Michelle Lowe-Holder by Michelle Urvall Nyrén.
From Somewhere has been upcycling waste luxury materials since 1997, and as a bastion of sustainable fashion it was to designer Orsola de Castro that the BFC came when they wanted to set up Esthetica in 2006.
Orsola de Castro.
This season she has been working with offcuts from Speedo to create a lovely limited edition capsule collection.
Speedo From Somewhere collaboration by Alia Gargum.
Having just returned from a Fashion Business Club get together with the unexpectedly lucid Laura Bailey I thought I would also mention Made, a jewellery brand “by the people for the people” that is reasonably well known thanks to some high profile branding and wide distribution. They are big on their “designer” collaborations, though not designers I’ve ever heard of: since when was Laura Bailey a jewellery designer anyway? Boy do I want her job. I’m not a massive fan of a lot of their stuff (looks wise), but they do undeniably good things by providing trade for impoverished communities in Africa.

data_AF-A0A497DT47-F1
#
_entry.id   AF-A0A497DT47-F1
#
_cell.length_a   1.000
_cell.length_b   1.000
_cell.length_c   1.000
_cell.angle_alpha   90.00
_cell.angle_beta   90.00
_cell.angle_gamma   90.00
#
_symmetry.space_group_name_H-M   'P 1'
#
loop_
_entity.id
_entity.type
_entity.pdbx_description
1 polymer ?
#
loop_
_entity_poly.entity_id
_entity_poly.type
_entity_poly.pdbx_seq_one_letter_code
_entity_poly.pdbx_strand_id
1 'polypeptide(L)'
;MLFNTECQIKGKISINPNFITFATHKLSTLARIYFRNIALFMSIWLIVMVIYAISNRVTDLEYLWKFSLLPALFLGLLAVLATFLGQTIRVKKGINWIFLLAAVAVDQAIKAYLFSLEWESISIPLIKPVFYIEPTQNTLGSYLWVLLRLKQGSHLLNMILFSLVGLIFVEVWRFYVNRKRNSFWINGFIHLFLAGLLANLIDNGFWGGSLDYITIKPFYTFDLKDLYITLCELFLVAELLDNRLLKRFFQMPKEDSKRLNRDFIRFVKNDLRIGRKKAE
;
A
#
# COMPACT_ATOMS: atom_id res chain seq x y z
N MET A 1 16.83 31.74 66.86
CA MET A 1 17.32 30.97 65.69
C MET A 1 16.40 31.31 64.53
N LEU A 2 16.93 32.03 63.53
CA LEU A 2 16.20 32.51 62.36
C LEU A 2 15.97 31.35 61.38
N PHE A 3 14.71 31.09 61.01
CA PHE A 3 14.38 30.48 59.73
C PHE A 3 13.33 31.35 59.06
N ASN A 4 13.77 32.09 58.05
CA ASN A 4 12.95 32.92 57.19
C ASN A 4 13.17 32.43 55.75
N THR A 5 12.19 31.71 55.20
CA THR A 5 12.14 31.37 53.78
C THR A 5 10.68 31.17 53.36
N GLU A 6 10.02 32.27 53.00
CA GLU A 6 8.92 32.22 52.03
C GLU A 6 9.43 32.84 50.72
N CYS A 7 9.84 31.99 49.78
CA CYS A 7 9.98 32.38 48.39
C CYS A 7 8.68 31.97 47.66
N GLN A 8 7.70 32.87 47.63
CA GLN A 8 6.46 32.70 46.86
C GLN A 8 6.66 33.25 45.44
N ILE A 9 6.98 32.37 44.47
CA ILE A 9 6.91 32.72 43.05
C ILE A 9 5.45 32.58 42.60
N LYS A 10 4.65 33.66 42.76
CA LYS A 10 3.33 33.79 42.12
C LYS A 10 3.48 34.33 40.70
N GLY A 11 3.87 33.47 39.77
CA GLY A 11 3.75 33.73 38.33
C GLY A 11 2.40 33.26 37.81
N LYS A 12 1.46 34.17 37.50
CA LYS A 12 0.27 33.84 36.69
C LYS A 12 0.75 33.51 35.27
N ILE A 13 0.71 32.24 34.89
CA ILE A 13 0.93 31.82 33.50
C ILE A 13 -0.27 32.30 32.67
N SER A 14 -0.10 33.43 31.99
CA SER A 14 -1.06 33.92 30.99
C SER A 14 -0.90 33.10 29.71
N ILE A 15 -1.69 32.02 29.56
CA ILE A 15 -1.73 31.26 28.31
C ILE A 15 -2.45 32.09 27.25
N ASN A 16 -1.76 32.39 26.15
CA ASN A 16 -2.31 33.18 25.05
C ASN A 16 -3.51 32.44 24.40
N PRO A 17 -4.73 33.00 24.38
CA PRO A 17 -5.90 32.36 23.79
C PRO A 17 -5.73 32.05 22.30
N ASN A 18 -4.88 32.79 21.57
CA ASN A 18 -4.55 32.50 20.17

Made by Natsuki Otani.
Alia Gargum, Central Saint Martins, Centre for Sustainable Fashion, Cordwainers, Ecofashion, Elisalex de Castro Peake, Emma Block, esthetica, ethical design, Fashion Business Club, Faye West, From Somewhere, jewellery, Joanna Cave, Katie Harnett, Laura Bailey, Little Glass Clementine, MADE, Martina Spetlova, Michelle Lowe-Holder, Michelle Urvall Nyrén, Nina Dolcetti, Octavi Navarro, Oria, Orsola De Castro, Partimi, recycling, Sägen Butik, scandinavia, shoes, Speedo, sustainability, Synnove Saelthun, Tania Kowalski, Tuvalu, Upcycling, YKK
- Marina Spetlova: creating fabulous upcycled fashion garments from zips
- Nina Dolcetti: an interview with ethical shoe designer Elisalex Grunfeld de Castro
- Amelia’s Compendium of Fashion Illustration is OUT NOW!
- Martina Spetlova: New S/S 2012 Season Interview
- New S/S 2013 Season Interview: Martina Spetlova